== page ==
By P.K.Balachandran/Ceylon Today
Thanks to the visits of the Indian National Security Advisor Ajit Doval last year and Foreign Minister S.Jaishankar this month, India and Sri Lanka have bridged gaps and cemented ties based on mutual understanding on key bilateral issues.
Understanding has emerged maritime security, economic development, the Eastern Container Terminal (ECT), COVID-19 containment, tourism revival and even devolution of power to Provincial Councils.
The latest and the most striking area of understanding is the Eastern Container Terminal (ECT) in Colombo port. The ECT is of the utmost importance to India both from the security and the economic point of view. Jaishankar said in Colombo on January 7, that India is interested in the “development and security of Colombo port” because of its hub status for Indian transshipment and that the request for a presence there is “reasonable.” Therefore, what Sri Lankan President Gotabaya Rajapaksa told the port workers’ unions on Wednesday must be music to Indian ears.
Gotabaya assured the nationalistic workers that he will not barter away Sri Lanka’s sovereignty and control over its national assets like ports, and that he will not give the ECT on lease to anyone or put it up for sale. But having said that, he explained that the agreement reached with India is not a sale or a lease. It is about running the terminal as a Joint Venture with the Indian firm and other stakeholders bringing in investment.
The plan is to develop the ECT as an investment project with 51% of the stakes with the government of Sri Lanka and the remaining 49% to be investment by India’s Adani Group and others, the President said. Further, control of the ECT will rest with the SLPA, he confirmed. He pointed out that the earlier Ranil Wickremesinghe government had agreed to sell the ECT to India and that he has prevented this.
On the obvious question as to why India is involved, the President said that India accounts for 66% of the Colombo port’s re-export operations. ECT’s development has been planned after reviewing all relevant factors, including regional geopolitical concerns (ie; India’s concerns), the sovereignty of Sri Lanka, and revenue earning and employment generation potential, Gotabaya said. The ECT will be “sustainably developed” under the investment program.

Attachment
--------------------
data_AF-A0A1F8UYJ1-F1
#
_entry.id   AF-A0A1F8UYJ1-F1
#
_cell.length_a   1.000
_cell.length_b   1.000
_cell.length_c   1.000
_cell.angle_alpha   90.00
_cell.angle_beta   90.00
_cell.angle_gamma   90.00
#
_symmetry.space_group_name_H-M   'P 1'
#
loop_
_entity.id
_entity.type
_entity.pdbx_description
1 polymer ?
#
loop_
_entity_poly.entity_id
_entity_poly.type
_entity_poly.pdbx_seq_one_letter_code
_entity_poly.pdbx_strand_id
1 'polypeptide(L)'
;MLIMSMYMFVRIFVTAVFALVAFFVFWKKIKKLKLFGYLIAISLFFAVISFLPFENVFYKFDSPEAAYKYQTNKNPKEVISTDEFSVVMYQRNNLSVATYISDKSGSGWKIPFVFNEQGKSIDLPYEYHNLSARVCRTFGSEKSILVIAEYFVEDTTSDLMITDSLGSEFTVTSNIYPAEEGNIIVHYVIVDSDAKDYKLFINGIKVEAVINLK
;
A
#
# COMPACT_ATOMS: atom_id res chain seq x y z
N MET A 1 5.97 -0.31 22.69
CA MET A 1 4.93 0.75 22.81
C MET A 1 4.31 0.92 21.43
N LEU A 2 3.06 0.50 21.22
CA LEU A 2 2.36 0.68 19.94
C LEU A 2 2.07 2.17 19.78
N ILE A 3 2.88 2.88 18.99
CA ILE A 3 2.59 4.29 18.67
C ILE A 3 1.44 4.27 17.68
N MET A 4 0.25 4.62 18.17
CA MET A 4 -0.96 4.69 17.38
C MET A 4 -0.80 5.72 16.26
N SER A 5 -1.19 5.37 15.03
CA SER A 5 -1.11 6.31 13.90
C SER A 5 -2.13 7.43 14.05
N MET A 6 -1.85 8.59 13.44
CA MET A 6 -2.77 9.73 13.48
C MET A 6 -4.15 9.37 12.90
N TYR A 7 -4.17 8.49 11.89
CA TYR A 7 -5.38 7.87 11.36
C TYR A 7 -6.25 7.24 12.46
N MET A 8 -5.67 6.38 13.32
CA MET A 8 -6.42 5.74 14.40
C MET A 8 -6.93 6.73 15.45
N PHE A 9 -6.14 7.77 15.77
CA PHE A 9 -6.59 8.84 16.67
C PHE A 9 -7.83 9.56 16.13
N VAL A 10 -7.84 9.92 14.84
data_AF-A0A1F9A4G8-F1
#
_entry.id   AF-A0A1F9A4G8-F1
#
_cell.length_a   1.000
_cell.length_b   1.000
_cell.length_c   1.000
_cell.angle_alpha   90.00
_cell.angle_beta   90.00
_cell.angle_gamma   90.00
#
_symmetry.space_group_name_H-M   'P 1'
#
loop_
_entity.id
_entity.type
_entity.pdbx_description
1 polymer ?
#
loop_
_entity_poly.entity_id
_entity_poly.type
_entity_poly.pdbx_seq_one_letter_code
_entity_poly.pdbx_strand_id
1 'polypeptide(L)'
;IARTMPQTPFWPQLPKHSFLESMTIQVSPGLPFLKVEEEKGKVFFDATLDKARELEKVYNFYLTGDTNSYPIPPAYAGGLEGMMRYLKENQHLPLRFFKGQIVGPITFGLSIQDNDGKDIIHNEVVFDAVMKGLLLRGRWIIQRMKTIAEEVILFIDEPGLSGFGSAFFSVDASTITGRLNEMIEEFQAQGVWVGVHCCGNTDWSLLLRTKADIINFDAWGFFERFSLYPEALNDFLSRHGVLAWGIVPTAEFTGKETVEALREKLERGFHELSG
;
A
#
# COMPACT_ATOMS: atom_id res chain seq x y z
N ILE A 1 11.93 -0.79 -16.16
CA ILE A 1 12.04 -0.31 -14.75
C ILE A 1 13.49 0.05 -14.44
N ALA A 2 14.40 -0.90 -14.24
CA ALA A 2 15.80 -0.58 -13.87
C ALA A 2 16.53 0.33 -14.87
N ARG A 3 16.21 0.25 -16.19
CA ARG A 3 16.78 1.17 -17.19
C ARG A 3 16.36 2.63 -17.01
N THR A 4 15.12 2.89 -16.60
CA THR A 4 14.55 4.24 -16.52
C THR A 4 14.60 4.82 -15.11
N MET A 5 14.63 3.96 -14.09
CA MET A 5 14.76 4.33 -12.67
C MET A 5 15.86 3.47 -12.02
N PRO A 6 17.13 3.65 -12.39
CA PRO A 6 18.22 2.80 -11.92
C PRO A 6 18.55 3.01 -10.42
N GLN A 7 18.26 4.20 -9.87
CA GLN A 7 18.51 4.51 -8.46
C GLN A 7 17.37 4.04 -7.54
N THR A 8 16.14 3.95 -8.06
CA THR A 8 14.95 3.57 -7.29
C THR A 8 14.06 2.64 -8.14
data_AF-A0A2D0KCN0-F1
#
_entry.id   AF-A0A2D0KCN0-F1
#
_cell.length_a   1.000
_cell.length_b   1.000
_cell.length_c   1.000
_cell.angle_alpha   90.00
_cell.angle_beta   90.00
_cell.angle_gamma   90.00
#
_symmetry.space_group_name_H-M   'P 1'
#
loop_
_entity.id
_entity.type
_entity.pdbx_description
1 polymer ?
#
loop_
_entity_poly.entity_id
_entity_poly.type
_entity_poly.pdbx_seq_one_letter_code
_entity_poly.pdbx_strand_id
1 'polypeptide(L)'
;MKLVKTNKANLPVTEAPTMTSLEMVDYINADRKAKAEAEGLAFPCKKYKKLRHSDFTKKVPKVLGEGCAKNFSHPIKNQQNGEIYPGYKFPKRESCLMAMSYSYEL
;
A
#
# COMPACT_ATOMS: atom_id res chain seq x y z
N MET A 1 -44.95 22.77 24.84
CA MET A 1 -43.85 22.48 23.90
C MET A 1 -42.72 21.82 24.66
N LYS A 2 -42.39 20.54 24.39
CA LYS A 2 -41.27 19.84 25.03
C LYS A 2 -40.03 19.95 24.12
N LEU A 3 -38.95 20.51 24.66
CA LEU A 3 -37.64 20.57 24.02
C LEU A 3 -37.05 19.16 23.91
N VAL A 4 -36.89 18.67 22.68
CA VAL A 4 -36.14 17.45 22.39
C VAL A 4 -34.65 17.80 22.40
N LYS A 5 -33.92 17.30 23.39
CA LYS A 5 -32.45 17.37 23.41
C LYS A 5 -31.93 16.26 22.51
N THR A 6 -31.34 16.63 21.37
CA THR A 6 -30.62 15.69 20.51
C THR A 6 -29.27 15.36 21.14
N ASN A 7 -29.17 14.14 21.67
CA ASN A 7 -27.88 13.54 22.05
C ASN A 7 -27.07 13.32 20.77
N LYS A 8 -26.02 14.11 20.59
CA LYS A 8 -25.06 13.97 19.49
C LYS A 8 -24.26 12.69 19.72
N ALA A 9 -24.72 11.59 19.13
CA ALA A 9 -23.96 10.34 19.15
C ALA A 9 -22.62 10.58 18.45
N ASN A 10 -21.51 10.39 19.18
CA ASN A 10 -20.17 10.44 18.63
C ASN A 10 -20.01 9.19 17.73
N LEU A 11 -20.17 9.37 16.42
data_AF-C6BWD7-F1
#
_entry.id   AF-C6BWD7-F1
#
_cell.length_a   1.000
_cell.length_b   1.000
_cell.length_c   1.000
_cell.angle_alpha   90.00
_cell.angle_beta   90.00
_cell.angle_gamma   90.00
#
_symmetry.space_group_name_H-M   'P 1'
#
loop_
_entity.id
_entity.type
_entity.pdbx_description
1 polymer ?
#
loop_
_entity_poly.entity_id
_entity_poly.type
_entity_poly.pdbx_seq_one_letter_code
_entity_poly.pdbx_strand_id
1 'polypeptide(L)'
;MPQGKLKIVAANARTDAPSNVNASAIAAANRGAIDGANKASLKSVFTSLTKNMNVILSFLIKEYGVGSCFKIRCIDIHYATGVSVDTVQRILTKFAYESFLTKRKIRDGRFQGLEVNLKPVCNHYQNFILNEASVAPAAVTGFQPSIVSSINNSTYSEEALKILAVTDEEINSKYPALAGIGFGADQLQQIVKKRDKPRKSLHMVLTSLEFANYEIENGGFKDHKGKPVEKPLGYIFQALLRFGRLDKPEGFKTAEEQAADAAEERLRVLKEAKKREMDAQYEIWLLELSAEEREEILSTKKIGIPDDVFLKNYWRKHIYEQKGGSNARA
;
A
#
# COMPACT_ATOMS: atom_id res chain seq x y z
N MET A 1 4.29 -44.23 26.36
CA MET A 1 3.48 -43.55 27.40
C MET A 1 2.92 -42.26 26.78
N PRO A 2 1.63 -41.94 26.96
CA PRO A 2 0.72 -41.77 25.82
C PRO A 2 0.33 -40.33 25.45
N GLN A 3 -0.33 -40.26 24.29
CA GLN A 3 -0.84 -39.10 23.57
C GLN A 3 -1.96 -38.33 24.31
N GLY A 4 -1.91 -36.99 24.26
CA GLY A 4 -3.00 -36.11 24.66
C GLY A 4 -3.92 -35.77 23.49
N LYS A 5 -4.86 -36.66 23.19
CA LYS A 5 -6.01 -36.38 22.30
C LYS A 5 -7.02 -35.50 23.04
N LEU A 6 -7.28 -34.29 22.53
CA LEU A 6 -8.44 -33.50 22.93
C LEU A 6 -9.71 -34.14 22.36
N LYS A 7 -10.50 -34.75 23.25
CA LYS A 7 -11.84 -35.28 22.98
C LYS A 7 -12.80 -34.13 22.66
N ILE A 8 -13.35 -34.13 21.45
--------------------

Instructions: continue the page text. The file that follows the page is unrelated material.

The visiting Indian Foreign Minister S. Jaishankar had told the President that India wants Sri Lanka to view Indian involvement in the ECT as a Foreign Direct Investment (FDI) in a Joint Venture with Japan and the Sri Lanka Ports Authority (SLPA). This suggestion was significant given the Lankan nationalist opposition to involving “India” in the construction and running of the ECT. In Sri Lanka, it is generally presumed that the “Indian State” is taking a stake in the ECT, while in fact, the Indian partner in the Joint Venture with Sri Lanka and Japan is a private company, the Adanis.
The Lankan government feels that the principle of not allowing foreign entities into national assets cannot be applied uniformly across the board covering all foreign investments. As a top official put it: “If no foreign entity is allowed to use a national asset, Sri Lanka will not get any foreign investment!” The development-oriented Lankan President knows this more than anyone else.
A key factor in smoothing India-Sri Lanka relations in the economic sphere is an oft-repeated declaration by Indian Prime Minister Narendra Modi that India will not impose anything on Sri Lanka and that it will undertake only those development projects which Sri Lanka wants and will execute those at the pace Sri Lanka is comfortable with.